We talked about feeling intimidated but also with depression, people sometimes cannot go. They’re not at that stage to be able to get to those group programmes. Or it could be geographical reasons – people can be in the countryside and don’t have a local leisure centre. Or they might have a physical thing that doesn’t allow them. And so the ability to be able to do online videos and home-based exercises is quite crucial. It might not be a group environment, but exercise in that environment will really help increase someone’s mood, and release those endorphins.

With My Possible Self, there are series where individuals are guided the whole way through to engage with various types of exercises.

You don’t have very much interest or pleasure when you’re depressed and so it’s key that the activity is short, simple and of some interest to you. Otherwise, you’re less likely to do it.

How much exercise should you do?

NICE recommends 30 minutes a day of exercise, but what’s key to highlight is that not only is it about the type of exercise and finding something that works for you, but it’s also about starting with what’s manageable for you. If you start with 10 minutes, and build up over time to 30 minutes a day, you’re going to get more and more benefits from it. It’s about starting somewhere. If you do 10 minutes, you get a lot of endorphins and you get a sense of achievement, which then motivates you to do the extra 10 minutes, until you get to the recommended 30 minutes a day, and anything after that is a bonus.


My Possible Self (opens in new tab) is a free NHS endorsed mental health app

About our expert
Niamh Maguire
About our expert
Niamh Maguire

Qualifications

BSc (Hons) Psychology and Social Welfare
PG Counselling Skills Certificate
PG Diploma in Cognitive Behavioural Therapy
MSc Psychology
EMDR (opens in new tab) (parts 1, 2, 3 and 4 completed)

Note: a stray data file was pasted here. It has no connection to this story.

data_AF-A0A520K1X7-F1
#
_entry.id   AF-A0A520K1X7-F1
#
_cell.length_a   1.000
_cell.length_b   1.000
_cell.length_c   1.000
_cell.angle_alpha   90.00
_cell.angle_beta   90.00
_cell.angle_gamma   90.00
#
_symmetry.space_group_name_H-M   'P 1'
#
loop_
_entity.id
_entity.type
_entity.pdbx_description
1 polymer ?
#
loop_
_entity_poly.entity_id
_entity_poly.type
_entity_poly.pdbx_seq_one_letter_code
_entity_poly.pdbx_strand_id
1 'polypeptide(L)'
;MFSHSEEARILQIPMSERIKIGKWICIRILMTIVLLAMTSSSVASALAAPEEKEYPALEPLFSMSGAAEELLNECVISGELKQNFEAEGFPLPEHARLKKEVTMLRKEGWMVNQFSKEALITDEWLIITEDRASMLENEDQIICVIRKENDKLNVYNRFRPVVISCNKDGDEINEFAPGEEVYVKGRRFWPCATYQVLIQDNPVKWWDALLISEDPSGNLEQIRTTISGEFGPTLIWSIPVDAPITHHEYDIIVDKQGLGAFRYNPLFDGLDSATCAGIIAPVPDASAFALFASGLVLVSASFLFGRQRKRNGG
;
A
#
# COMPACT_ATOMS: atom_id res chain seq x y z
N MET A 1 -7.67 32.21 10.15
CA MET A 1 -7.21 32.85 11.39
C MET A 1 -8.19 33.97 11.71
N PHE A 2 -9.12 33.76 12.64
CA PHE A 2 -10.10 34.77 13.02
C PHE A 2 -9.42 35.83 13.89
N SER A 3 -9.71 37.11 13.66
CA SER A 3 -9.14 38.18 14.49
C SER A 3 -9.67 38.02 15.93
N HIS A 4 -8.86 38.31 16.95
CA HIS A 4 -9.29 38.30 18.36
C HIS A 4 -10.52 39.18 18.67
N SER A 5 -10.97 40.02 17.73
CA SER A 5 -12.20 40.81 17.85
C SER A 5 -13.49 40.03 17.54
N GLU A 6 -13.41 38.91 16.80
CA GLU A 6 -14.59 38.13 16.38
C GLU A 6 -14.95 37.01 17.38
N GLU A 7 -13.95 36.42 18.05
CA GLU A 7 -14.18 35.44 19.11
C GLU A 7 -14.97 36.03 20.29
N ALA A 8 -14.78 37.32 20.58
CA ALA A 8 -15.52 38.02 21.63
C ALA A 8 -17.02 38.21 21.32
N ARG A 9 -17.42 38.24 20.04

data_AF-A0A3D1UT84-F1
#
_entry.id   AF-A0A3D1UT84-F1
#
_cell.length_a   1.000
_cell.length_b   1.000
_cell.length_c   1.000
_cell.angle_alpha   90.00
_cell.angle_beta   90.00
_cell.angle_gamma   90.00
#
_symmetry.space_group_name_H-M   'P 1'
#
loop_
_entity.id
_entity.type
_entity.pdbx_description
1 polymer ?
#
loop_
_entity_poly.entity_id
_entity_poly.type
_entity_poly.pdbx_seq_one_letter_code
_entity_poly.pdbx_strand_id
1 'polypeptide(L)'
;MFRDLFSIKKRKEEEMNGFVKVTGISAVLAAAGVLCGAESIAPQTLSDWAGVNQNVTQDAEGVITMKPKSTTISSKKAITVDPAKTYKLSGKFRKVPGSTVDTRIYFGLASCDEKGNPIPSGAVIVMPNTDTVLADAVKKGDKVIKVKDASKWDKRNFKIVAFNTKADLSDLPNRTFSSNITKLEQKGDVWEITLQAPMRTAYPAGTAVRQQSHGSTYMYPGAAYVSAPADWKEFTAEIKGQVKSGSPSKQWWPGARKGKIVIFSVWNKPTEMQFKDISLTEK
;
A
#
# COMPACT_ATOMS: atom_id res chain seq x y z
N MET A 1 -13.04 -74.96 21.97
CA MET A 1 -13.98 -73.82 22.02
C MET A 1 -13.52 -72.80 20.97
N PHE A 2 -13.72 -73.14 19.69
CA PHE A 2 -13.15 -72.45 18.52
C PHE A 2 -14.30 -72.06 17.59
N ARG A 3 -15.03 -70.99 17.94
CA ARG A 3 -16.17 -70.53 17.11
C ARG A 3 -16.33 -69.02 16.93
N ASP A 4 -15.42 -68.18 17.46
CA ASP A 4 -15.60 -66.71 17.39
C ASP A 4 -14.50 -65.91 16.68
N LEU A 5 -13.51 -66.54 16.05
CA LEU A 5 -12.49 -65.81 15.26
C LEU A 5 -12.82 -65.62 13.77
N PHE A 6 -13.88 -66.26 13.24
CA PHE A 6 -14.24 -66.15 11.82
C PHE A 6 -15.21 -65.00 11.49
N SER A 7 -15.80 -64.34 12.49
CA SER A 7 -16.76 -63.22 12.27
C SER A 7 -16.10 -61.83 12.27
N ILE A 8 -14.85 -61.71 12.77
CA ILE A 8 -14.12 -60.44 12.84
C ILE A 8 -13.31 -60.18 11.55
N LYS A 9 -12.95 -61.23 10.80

BABCP (opens in new tab) accredited 


Maguire has worked in mental health services since 2008. She completed an undergraduate degree in psychology then began training in psychotherapy in 2011, where she undertook initial training in counselling and then completed specialist training in Cognitive Behavioural Therapy (CBT) in 2013. Maguire also completed a master’s in psychology and completed training as an eye movement desensitisation and reprocessing (EMDR) therapist in 2019. 


Maguire has worked with the Priory since 2012 as a CBT therapist and clinical supervisor in both inpatient and outpatient settings, providing therapy to those with various mental health presentations. She currently holds the role of therapy service and operational director for the Priory’s eight wellbeing centres across the UK, providing clinical, operational and strategic leadership, as well as working as part of the leadership team to provide innovation and expertise to the development and growth of the private services at the Priory. 


Maguire has also worked as a senior CBT therapist in the NHS IAPT (opens in new tab) services, as clinical lead and head of mental health training in private healthcare. She has also held lecturer positions at London South Bank University (opens in new tab) and Canterbury University teaching on the undergraduate and master’s programmes for CBT and counselling. 


Nick Harris-Fry is a journalist who has been covering health and fitness since 2015. Nick is an avid runner, covering 70-110km a week, which gives him ample opportunity to test a wide range of running shoes and running gear. He is also the chief tester for fitness trackers and running watches, treadmills and exercise bikes, and workout headphones.